Interesting Items 10/28

Howdy All, a few Interesting Items for your information.  Enjoy –

In this issue:

  1. Military
  2. BuSab
  3. Plastics
  4. Student Loan
  5. Tulsi
  6. Crockford

  1. Military. I never in my life thought I would be writing about the Military – Industrial Complex, but a pair of stories about General officers piqued my interest last week.  First was an opinion piece by Admiral Stanley McRaven in the NYT calling for President Trump’s removal from office.  McRaven is the former commander of the Special Operations Command.  He received his fourth star in 2011 having been nominated by President O’Bama.  Second was a speech by former SECDEF and retired four-star Marine General James Mattis at the annual Al Smith dinner in New York.  He took a few pot shots at President Trump much to the delight of the assembled democrats.  Everyone had a great time yucking it up.  He received his fourth star under Bush 43 in 2007 and served another six years until he retired in 2013.  So, what, if any is right or wrong with this?  Historically, not a lot, as we Americans have a long history of commanding generals getting political, most recently Eisenhower, though nobody knew what party he supported until he ran for President.  Even McRaven calling for Trump to be removed from office in the pages of the NYT doesn’t bother me a lot, as it lets everyone know precisely who he is and where he is coming from.  In the military, once you get to the grade of Colonel and above, politics comes to be an important consideration.  This why there are peacetime and wartime generals, though when the wars never end and aren’t intended to be won (a recent problem) the former starts to edge out the latter, which is a problem.  The most interesting thing over the last month has been the lockstep reaction to Trump’s decision to pull 50 American troops out of northern Syria.  Who would have thought that a decision to pull Americans out of an undeclared war in the Middle East would be a Good Thing rather than cause for sackcloth, ashes, wailing and gnashing of teeth?  Who knew that democrats were suddenly the War Party (in this, it is back to the future, as they have always enjoyed starting them?  Finishing what they start?  Not so much.  Limbaugh noted last week that there is very good money to be made fighting endless wars, which is what the swamp’s reaction to Trump’s pullout is really all about, though like most swampy things, nobody much wants to talk about it these days.  Trump continues to pull the curtain aside and allow all of us to see what is truly behind it, pulling the levers; most importantly why they are being pulled.

 

  1. BuSab. I read a lot of science fiction growing up and enjoyed most of it.  In recent years, there is a lot of dystopian stuff around and there is a growing problem with seeing the other side of the Singularity, so the heroic stories have really tailed off.  I was reminded of two series of stories by the seemingly out of control California state government, firmly in the control of democrats, unions, and illegals that put them into office.  They are passing and signing laws willy-nilly, with little heed to the impact of those laws on the citizenry.  For example, just last month they passed and signed 18 new gun control laws.  Each and every one was an assault on personal and constitutional liberties including an expansion of the Red Flag law, making it easier to drop a dime on your neighbor, friend and family member, giving them a pre-dawn visit by an armed and unfriendly constabulary.  Chiefio, an unhappy Californian made a few comments about the foolishness of doing all this without anyone knowing the impact of what they passed last year.  This reminded me of a series by Frank Herbert and another by Keith Laumer.  Herbert, most famous for the Dune series, came up with the Bureau of Sabotage (BuSab), a response to a terrifyingly efficient government.  Laws are conceived, passed, funded, executed and enforced in hours rather than months.  The speed of government goes beyond sentient control.  BuSab is an organization intended to slow down that flow so that lawmakers might have time to reflect on the error of their ways.  Keith Laumer created Jame Retrief (fighter spelled backwards), as a vehicle to move an ossified diplomatic bureaucracy along from time to time.  Both series attacked the notion of an unresponsive government – one that was going too fast and the other too slow to meet the needs of the general public.  It occurs to me that California needs a BuSab, as its government is busily in the process of turning out the lights while burning it to the ground.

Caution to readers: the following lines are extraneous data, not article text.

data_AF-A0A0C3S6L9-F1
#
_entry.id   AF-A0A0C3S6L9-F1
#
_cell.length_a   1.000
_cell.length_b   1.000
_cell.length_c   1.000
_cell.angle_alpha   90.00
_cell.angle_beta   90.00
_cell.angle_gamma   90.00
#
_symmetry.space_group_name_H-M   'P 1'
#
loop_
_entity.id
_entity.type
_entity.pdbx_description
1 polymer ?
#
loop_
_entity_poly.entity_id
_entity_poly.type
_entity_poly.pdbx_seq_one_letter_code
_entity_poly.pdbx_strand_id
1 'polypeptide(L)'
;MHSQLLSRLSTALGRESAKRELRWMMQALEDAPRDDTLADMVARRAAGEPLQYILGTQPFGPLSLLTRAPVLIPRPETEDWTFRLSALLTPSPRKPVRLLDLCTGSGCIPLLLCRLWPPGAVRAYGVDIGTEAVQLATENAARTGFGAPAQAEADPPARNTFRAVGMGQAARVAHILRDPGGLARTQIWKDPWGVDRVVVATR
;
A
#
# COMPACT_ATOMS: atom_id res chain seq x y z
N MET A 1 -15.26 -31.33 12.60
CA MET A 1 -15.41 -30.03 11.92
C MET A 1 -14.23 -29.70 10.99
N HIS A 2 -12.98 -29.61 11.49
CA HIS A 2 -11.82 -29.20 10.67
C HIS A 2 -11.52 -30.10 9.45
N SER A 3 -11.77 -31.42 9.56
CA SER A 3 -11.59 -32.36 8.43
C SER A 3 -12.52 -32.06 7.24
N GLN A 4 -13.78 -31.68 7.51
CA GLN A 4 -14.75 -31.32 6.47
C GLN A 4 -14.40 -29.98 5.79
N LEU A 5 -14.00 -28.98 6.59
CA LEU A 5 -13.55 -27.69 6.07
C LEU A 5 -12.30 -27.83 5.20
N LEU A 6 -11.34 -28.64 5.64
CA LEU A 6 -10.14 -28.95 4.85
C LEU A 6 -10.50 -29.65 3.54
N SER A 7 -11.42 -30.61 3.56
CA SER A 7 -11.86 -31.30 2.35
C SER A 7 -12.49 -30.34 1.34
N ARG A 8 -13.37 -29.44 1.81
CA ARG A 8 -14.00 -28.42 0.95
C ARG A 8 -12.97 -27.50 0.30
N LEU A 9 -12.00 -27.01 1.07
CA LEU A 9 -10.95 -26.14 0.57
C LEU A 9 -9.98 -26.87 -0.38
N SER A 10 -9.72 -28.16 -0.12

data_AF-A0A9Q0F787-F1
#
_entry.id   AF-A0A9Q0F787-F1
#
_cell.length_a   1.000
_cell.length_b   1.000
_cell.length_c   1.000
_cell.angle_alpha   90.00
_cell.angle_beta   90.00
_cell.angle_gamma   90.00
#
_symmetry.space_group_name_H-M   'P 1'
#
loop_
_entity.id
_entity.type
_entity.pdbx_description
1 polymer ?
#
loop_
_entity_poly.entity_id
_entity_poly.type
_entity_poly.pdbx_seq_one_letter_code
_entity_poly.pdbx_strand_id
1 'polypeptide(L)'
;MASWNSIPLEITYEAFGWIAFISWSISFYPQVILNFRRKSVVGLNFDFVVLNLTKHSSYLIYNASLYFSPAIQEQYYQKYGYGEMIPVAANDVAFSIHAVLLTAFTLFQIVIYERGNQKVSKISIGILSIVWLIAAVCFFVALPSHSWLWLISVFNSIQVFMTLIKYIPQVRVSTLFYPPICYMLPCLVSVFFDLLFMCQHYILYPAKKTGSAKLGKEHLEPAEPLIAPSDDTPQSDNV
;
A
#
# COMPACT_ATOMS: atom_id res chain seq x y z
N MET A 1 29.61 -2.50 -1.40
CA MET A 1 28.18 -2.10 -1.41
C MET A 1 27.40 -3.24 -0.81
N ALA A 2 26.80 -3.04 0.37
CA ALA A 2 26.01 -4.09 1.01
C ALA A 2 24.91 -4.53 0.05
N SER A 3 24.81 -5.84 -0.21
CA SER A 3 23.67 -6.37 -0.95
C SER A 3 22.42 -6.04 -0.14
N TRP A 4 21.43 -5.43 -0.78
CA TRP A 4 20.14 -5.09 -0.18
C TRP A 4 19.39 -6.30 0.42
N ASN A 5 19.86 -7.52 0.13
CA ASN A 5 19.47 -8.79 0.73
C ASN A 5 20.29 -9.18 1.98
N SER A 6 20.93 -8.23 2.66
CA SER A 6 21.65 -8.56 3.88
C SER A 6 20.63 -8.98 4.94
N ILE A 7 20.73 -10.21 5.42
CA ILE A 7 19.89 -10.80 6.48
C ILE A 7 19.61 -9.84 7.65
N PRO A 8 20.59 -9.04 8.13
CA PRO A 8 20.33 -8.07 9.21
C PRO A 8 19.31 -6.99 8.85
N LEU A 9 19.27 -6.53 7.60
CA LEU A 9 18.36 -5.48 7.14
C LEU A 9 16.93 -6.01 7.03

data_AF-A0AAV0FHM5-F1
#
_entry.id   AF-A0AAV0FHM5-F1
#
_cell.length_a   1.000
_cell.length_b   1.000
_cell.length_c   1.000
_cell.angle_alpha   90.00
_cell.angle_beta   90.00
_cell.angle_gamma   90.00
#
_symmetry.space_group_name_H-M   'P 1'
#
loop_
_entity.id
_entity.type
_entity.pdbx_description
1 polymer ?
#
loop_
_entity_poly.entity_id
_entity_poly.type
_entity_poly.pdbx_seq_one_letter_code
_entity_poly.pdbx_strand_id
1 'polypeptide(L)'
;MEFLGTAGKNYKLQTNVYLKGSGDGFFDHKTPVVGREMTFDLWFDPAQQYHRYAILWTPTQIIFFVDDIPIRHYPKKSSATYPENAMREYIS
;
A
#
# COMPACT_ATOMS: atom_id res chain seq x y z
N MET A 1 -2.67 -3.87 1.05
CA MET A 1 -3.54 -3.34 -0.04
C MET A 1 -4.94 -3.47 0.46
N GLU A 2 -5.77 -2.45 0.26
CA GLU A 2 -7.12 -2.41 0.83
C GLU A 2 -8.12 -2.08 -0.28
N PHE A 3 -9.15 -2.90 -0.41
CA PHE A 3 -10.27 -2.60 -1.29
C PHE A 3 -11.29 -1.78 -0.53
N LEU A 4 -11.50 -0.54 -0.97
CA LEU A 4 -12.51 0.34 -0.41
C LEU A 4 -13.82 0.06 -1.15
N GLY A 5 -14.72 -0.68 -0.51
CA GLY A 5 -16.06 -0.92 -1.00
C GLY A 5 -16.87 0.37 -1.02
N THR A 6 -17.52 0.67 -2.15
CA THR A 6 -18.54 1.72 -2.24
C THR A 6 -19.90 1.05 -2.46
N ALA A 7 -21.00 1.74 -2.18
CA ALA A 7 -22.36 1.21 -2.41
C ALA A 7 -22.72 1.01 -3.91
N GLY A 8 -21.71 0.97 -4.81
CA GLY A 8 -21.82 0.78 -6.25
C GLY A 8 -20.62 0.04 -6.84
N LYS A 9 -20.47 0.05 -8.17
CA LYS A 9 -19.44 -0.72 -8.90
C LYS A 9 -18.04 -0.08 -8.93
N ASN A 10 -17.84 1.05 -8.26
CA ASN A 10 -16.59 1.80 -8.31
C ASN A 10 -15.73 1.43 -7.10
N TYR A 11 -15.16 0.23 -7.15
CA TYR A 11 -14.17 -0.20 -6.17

1. Plastics. WUWT continues to follow the information string on ocean plastics.  Last week Kip Hansen published a piece entitled Plastics:  Science is Winning in WUWT.  He passes along new data from a Woods Hole scientific team that indicates the long battle against anti-plastic advocacy may be turning, at least a bit.  The paper describes how sunlight converts polystyrene to CO2 and dissolved organic carbon.  Polystyrene is the plastic used in yogurt cups and disposable foam drink cups.  Polystyrene is completely photochemically oxidized to CO2 and partly photochemically oxidized to dissolved organic carbon.  And that oxidation happens much quicker than anyone would ever believe.  This happens because plastics are long chain hydrocarbons, hydrogen and carbon combined into various configurations.  Essentially, plastics are very simple natural structures.  As such, they are food for the tiniest living things, which break them down, oxidize hydrocarbons and use them for the building blocks of their bodies.  We saw this in the Gulf of Mexico after the 2010 Deepwater Horizon accident when microbes ate most of the 4.1 million barrels of crude oil spilled into the Gulf.  Indeed, microbes in the Gulf are well suited to do this, as the oil-bearing portion of the Gulf of Mexico has hundreds to thousands of active oil seeps busily leaking oil and natural gas into the sea water.  Plastics floating in the ocean are degraded by the sun, which structurally weakens them until they break into smaller and smaller pieces.  Researchers have found that the number of pieces of plastic in the oceans does not increase as they get smaller.  Rather, the number of pieces start decreasing when they get smaller than 5 mm, and approach zero less than 0.5 mm.  This means that the action of biology removes, eats the very small plastic chunks, quickly cleaning the plastics from the ocean.  It is not just microbes in the ocean that have the ability to eat plastics.  We see it on land where a variety of caterpillars, mealworms and fungi have the ability to eat polystyrene.  The process does take a while, as the action of sunlight on floating plastic debris does not do its magic immediately, but once the larger structure starts deteriorating, and the pieces get smaller, the process goes pretty quickly.  One of the things we can do to help accelerate this a bit is look at plastics that degrade quicker once discarded.  The problem with this is long-term storage of materials in the same plastics.